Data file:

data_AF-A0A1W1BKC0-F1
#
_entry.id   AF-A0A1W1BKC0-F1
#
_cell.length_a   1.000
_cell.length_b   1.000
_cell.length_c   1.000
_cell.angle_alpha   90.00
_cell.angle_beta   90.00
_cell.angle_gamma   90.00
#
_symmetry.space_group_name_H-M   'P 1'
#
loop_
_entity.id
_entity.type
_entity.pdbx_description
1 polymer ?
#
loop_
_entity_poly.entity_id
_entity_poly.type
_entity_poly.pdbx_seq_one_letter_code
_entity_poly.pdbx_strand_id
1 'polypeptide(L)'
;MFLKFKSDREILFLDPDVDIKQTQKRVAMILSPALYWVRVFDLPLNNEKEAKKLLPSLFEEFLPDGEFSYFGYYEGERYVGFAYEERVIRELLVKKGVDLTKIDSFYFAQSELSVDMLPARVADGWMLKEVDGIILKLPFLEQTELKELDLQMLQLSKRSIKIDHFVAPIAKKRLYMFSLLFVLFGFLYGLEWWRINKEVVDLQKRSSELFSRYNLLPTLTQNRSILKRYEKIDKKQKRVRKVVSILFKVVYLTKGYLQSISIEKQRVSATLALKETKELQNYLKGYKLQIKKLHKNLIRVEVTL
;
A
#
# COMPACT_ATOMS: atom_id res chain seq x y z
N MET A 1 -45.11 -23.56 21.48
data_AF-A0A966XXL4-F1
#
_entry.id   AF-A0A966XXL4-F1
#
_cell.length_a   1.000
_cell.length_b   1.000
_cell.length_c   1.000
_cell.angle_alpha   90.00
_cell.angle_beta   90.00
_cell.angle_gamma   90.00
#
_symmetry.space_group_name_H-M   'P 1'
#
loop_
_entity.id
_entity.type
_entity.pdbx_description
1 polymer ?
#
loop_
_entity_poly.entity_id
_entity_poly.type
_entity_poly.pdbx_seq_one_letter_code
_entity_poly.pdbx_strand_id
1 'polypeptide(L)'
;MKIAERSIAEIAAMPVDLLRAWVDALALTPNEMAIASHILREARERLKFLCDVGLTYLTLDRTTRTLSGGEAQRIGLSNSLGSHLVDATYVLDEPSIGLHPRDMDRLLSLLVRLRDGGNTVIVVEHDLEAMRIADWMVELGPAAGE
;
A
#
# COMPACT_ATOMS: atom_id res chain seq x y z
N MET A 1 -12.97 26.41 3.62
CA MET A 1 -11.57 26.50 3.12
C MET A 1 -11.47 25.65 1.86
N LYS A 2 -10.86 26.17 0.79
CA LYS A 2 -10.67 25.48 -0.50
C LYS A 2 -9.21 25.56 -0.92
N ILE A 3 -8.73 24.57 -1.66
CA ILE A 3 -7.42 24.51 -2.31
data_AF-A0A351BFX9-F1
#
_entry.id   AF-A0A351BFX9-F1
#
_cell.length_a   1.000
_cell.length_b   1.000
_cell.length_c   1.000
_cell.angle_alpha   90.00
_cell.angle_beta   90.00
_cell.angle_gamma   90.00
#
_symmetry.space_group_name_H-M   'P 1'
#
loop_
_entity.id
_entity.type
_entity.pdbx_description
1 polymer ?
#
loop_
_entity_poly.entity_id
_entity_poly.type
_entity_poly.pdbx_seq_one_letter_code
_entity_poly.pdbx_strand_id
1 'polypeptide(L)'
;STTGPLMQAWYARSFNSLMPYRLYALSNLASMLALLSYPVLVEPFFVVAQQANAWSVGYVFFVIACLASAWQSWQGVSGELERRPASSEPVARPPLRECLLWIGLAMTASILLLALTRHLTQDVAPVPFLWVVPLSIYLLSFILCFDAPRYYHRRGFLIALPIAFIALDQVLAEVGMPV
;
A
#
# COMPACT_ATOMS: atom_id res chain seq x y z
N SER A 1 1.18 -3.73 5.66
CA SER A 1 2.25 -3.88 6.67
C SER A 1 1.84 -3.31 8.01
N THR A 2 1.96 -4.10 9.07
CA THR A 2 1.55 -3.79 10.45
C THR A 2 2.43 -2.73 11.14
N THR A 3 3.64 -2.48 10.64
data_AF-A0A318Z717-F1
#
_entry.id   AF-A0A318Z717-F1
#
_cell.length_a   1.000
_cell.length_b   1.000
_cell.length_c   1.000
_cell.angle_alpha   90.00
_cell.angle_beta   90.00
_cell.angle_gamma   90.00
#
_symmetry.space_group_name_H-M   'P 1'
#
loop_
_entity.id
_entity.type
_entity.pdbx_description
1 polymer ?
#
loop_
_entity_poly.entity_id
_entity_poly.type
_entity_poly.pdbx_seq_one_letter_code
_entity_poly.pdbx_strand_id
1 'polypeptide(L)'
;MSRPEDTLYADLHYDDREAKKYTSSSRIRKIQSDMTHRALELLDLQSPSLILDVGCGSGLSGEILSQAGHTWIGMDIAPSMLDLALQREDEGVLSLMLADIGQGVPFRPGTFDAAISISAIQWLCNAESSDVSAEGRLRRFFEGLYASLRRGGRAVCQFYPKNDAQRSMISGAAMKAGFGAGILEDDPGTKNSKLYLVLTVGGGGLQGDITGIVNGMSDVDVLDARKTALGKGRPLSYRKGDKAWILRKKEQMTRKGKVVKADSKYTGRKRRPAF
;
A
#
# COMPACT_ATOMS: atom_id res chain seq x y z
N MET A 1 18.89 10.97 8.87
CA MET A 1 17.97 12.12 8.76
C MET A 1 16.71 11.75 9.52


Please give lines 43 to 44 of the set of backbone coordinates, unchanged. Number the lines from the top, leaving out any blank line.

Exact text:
_symmetry.space_group_name_H-M   'P 1'
#